If you're getting it right today, check in with yourself again tomorrow. This battle is one we will fight continuously throughout our lives. It's our job to carry Jesus into the world with us so others can experience a loving relationship with God. However, at the end of the day, it is not about us. It's about the one we serve. And remember that the people certainly should not be laying out palm branches for us. Just be the donkey.

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I drove to Hampton, Virginia for a meeting the other day. I left early, a little concerned about the high winds, but as I drove the winds calmed down, the sun came out and it became a beautiful day. I felt just great, driving down the road, music playing, sun shining, anticipating a good meeting. I decided I would reward myself with a little treat at Chick-fil-A on the other side of Richmond. After all, I was early, the sun was shining and I was prepared for the meeting.

It's funny how things can quickly change. I swung into a parking space, opened my workbag, the one with my computer, glasses, notes, walletonly there was no wallet. No worries, I figured it had shifted around somehow and was underneath something.

Before long the entire contents of my bag were on the front seat of my car, and it was becoming very apparent that my wallet was not in my bag. That means no license, no credit cards and no cash, and I was over three hours from home. Still, no need to panic, I'm a resourceful woman.

I pulled back onto the highway thinking through what this no wallet situation really meant. The good news is that I wouldn't starve. I had the Starbucks app so I could have coffee and expensive boxed lunches until the money ran out, and even then I could remotely reload the card. Perhaps this would even lead to someday writing a book about the new Starbucks diet.

As I thought through what was in my bag, I remembered I had seen my checkbook in the bottom. I don't even know why it was in there. I rarely use it anymore, but for some reason it was with me. "Great," I thought, "I'll use it to buy gas." Gas was the one thing I was really worried about. It was possible I could make it to and from Hampton on one tank, but the last 30 minutes could get really exciting.

You've probably already figured out the problem with a check: ID. And of course my ID wasin my wallet. In Herndon. Every solution I considered for my gas problem ended up needing something in my wallet. There was no way around it; I was going to have to ask someone at my meeting for help.

You may wonder why I was so hesitant to ask for help. It's very simple really. Pride. I was going to a meeting with my boss' boss' boss and three other people who are much more senior than I in the life of the UMC. I was thrilled to be going and wanted to be at my best. I wanted to be competent and smart. Let's be honest, I really wanted to be the most competent one there and to be so wise in my conversation that everyone would look at me and realize how amazing I was, and so humble too. This would be hard to accomplish after confessing I had traveled the entire way without my wallet.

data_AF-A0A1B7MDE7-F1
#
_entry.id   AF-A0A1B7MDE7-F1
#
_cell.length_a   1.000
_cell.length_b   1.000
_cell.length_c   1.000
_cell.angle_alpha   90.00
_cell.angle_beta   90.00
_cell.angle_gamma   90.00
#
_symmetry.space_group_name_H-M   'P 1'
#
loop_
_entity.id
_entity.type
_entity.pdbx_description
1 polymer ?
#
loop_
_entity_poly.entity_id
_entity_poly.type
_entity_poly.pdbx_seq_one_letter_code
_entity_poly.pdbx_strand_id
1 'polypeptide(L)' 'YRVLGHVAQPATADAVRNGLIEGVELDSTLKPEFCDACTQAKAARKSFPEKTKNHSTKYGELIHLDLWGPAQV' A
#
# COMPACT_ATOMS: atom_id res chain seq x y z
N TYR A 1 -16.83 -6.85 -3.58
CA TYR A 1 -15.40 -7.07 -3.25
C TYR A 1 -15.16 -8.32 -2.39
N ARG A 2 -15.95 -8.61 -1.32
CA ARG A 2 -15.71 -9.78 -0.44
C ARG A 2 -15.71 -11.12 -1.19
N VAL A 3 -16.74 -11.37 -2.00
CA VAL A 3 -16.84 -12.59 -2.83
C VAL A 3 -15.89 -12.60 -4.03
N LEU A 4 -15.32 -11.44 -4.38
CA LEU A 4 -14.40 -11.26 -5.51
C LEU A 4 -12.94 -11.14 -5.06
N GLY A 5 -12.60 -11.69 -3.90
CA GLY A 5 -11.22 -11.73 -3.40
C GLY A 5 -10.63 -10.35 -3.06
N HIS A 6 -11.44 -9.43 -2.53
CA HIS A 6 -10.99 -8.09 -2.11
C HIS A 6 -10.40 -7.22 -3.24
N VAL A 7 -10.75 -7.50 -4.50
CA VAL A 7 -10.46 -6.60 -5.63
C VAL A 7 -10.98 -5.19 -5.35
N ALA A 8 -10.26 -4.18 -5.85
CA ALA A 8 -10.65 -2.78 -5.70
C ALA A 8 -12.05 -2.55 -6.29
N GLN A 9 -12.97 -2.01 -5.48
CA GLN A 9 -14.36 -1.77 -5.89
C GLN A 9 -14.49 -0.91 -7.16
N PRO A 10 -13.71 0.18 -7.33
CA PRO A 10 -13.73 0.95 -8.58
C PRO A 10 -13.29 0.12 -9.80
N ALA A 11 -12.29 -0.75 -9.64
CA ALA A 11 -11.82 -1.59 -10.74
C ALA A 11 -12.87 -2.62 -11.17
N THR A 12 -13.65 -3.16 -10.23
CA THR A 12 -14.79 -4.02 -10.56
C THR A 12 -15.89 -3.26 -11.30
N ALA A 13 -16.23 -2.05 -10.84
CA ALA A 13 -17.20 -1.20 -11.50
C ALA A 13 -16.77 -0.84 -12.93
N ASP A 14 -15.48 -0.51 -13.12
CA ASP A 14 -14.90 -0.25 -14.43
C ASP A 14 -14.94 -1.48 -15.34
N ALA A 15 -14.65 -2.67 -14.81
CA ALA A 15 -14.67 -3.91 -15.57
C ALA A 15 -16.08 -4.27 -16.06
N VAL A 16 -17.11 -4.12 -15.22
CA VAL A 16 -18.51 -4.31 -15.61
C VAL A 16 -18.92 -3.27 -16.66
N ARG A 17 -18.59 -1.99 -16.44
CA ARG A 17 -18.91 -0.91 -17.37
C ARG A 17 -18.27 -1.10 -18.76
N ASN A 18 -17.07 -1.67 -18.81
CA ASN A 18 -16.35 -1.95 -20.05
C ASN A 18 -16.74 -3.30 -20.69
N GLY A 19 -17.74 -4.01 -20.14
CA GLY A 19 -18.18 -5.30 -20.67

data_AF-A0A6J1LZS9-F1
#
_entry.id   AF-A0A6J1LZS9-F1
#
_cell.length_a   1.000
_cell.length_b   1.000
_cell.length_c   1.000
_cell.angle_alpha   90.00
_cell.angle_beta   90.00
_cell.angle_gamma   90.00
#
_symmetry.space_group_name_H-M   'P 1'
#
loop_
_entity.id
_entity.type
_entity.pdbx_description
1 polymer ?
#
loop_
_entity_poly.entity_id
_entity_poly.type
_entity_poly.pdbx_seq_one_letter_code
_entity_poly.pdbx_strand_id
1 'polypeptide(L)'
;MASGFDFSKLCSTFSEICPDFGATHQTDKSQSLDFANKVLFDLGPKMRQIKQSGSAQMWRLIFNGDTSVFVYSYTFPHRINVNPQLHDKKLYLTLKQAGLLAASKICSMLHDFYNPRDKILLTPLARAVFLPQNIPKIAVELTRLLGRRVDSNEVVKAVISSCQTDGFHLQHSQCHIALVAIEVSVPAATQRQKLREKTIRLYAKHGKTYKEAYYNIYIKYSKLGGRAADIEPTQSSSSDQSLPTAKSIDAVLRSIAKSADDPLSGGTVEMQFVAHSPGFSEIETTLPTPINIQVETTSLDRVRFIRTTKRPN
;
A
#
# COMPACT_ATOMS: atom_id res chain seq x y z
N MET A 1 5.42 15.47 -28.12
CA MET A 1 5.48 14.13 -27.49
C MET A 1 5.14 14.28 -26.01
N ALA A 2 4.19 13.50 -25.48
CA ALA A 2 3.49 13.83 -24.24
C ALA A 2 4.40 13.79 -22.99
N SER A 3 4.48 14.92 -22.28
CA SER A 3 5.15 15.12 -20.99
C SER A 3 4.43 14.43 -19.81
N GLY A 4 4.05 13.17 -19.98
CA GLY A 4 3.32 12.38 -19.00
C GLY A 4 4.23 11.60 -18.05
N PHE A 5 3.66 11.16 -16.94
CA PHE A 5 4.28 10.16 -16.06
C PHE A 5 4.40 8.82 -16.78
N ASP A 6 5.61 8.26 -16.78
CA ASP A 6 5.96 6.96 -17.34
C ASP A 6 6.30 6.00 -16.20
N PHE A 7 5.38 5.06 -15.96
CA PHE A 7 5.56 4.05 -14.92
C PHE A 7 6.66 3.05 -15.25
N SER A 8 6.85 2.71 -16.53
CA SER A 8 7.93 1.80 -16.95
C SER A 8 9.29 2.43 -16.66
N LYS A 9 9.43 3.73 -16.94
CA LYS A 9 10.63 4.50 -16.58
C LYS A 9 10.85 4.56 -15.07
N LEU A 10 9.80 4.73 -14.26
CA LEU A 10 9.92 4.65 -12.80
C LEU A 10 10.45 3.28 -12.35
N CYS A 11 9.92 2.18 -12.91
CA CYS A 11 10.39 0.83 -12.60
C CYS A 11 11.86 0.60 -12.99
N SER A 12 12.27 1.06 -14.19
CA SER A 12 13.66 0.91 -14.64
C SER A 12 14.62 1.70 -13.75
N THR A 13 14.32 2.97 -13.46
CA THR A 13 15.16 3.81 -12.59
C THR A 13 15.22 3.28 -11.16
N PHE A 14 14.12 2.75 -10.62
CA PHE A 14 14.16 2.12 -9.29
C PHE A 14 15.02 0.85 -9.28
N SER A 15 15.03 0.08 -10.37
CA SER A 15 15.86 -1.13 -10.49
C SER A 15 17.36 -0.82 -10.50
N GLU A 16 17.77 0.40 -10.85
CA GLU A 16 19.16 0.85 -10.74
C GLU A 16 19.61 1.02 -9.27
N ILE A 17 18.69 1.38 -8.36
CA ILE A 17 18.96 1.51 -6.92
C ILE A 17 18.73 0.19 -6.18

I hate to admit this but it is true. Maybe some of you have dealt with this particular sin as well. There are positive types of pride. Taking pride in our work helps us do the best job we can. Having pride of ownership in our homes helps us to make wise decisions about upkeep. The positive side of pride expresses dignity, honor and respect.

But the shadow side of pride is selfish pride. Selfish pride leads to disrespect of others, believing you are better than they are. Selfish pride makes us believe we can live well, independently of God. We begin to believe we are enough, that we can fix any problem.

I was so tempted to not ask for help in Hampton. I almost decided to get in my car and pray that my gas tank would not hit empty. That may be the ultimate definition of pride: praying to a Holy God to support my selfish desires. I was almost willing to risk running out of gas at night on I-95 rather than ask for help! I saw the irony in that situation.

I did ask for help, and my very nice colleague, without even blinking an eye, reached into her bag and handed me money. No questions asked. No teasing. No judging. Just kindness and compassion. My ride home from Hampton wasmuch more enjoyable knowing I would not be stranded in the dark on I-95.

If you suffer as I do from this particular sin, may I suggest that during Lent you spend time acknowledging it before God? Ask for God to show you when you are prideful. Then ask for help, from God and from others.

And once you have done that, take a moment to laugh. There's an old saying, "Blessed are they that laugh at themselves, for they shall never cease to be entertained." I've discovered it's hard to be prideful when you are laughing at yourself. I hope you do too.